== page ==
PRE-EMPTIVE RIGHT TO THE UNIT (APARTMENT)
In line with very protective attitude of the Czech Civil Code regarding to housing needs of physical persons a pre-emptive right of lessees of apartments in houses that will be divided into units for the purpose of future sale of apartments to new owners has been adopted. The pre-emptive right is currently regulated by Section 1187 of the Civil Code.
As mentioned above the purpose of the pre-emptive right to the unit (apartment) is to protect housing needs of physical persons, (i.e. former lessees). Companies are explicitly excluded from application of the pre-emptive right by Section 1187 (2) of the Civil Code.
The pre-emptive right does not apply generally with regard to every transfer of unit but only to following conditions:
- the lessee of the unit (apartment) is a physical person (or persons, e.g. spouses);
- the unit (apartment) was created by division of the ownership right to the whole building to ownership rights to units; and
- the pre-emptive right applies only in case of the first transfer of the unit after the division of the house into units.
The pre-emptive right of the lessee is activated in the moment of execution of the purchase agreement between the owner of the house and a willing buyer regarding a newly created unit. Subsequently, the owner of the house is obliged to offer the unit to the lessee or lessees under the same conditions and for the same purchase price. The offer must be made in writing.
As of the effectiveness of the offer, which is generally at the moment of its delivery to the lessee, the pre-emptive right lasts for the period of six months during which the lessee has a right to accept the offer in writing and, unless stated otherwise in the offer, pay the purchase price to the owner. Otherwise the pre-emptive right ceases to exist. By acceptance of the offer, the lessee enters into the purchase agreement with the original house owner and the purchase agreement between the original house owner and the willing buyer ceases to exist pursuant to Section 2143 of the Civil Code and the lessee becomes the owner of the newly created unit instead of the first buyer. In such case the first buyer is entitled only to demand a refund of the purchase price from the seller, i.e. the original house owner.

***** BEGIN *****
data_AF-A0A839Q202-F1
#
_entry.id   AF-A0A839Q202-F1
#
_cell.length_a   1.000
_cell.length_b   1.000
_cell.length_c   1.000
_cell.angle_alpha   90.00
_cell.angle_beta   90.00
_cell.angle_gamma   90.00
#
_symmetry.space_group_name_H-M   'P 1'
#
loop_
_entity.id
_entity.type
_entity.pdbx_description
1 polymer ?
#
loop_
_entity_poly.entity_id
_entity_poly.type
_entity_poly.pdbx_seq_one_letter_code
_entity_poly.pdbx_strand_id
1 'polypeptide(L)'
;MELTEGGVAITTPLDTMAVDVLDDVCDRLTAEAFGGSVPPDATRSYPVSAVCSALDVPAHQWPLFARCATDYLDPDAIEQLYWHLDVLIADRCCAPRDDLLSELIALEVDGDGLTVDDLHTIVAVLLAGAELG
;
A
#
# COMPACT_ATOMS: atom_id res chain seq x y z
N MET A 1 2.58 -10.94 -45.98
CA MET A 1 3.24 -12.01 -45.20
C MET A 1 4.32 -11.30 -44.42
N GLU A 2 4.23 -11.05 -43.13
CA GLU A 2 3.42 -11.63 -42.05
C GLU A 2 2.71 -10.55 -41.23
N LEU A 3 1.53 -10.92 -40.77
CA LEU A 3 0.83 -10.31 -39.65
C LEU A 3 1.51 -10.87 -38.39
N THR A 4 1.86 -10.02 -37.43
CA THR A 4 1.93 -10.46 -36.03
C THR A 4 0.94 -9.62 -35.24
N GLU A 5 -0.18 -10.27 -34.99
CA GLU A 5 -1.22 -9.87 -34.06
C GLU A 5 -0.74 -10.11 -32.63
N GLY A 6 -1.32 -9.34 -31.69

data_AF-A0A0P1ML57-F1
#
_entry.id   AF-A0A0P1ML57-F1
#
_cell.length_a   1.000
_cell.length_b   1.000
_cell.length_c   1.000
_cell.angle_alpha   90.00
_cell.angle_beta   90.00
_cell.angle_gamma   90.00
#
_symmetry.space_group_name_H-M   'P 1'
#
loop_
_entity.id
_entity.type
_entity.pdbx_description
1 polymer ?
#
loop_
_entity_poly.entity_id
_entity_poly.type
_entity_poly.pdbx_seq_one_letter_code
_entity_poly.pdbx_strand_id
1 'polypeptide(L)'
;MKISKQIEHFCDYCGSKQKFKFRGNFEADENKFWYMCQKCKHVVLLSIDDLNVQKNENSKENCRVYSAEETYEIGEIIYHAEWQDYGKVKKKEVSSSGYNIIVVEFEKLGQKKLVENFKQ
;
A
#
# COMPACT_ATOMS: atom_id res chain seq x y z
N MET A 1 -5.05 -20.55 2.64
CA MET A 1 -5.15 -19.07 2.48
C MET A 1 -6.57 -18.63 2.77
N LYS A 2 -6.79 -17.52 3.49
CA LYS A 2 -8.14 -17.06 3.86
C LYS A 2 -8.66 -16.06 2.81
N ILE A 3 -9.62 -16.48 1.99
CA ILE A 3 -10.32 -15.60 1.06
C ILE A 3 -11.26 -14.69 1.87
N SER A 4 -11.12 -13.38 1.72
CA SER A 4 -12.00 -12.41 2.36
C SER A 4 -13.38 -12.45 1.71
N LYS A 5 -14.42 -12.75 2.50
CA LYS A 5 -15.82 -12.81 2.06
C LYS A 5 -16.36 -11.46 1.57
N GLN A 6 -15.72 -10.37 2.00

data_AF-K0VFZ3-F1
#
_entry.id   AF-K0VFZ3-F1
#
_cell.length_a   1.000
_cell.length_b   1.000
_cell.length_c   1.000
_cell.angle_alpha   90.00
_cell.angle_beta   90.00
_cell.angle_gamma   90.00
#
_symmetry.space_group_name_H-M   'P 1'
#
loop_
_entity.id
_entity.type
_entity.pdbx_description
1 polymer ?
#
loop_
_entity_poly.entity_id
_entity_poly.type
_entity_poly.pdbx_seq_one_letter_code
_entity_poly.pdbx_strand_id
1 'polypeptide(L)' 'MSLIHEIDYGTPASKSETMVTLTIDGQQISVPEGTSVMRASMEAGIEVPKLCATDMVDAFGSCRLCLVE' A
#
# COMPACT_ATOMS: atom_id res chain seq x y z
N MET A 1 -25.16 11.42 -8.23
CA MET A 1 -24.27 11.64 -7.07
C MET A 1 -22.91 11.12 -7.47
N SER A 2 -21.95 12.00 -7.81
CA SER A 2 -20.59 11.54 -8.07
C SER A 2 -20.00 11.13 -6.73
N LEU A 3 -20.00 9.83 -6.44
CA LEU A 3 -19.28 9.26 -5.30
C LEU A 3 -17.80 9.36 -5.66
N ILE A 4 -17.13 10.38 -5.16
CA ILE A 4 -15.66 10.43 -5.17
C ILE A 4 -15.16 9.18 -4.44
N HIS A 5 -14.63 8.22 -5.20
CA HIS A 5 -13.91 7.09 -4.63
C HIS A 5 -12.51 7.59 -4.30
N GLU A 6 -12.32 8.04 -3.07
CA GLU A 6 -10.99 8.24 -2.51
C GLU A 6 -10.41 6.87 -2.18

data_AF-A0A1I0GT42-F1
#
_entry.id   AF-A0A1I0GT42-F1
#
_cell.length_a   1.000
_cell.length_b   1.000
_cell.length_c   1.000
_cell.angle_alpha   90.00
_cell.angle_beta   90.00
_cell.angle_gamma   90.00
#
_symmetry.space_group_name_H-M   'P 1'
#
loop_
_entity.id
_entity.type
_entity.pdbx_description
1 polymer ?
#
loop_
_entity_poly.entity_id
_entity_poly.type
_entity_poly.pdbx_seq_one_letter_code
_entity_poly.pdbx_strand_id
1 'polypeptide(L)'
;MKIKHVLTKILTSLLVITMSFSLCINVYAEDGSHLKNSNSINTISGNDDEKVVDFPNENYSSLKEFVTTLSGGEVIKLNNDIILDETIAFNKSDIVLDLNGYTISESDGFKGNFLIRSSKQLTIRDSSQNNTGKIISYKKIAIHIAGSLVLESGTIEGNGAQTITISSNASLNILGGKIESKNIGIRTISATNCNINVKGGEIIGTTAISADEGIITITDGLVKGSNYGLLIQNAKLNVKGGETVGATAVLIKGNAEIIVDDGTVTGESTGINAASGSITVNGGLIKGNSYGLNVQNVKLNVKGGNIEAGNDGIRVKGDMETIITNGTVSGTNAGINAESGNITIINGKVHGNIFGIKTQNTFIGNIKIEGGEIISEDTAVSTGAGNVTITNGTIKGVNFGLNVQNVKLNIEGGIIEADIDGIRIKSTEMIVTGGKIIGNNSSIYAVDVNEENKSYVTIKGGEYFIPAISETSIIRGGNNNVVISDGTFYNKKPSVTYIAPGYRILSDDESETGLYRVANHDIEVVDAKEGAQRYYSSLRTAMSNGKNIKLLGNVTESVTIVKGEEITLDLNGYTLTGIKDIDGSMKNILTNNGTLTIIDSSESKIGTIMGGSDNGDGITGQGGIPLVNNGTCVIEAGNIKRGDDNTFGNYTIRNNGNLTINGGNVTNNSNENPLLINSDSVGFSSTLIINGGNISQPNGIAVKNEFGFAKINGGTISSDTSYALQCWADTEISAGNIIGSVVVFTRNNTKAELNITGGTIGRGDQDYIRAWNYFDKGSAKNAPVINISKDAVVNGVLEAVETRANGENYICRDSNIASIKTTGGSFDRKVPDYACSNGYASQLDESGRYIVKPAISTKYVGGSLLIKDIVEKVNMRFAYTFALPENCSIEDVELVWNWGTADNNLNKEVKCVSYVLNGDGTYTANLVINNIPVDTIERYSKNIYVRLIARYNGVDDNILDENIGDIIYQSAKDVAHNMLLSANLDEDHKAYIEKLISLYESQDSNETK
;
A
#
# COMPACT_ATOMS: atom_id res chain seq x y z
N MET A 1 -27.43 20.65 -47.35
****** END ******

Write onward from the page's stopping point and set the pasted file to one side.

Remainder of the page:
In spite of good intentions of the author of the Civil Code, the concept of the pre-emptive right adopted in the Civil Code is in our opinion very impractical. The worst of all is the fact that the ownership title of the first buyer to the particular unit is uncertain for a six month period (or longer since the commencement of such term, depends on the moment of the offer to the lessee) following the execution of the purchase agreement.
With regard to abovementioned, we recommend to owners of buildings to consider implementation of waivers of pre-emptive rights directly in lease agreements. After execution of a lease agreement it is much more difficult to convince the lessee to waive such right without any quid pro quo since lessees are generally strongly protected by law and owner has actually only weak leverage against them.
As for the potential buyers of newly created units in the Czech Republic, we could only recommend to be very cautious and demand reliable contractual guarantees from the seller.
For more information please contact: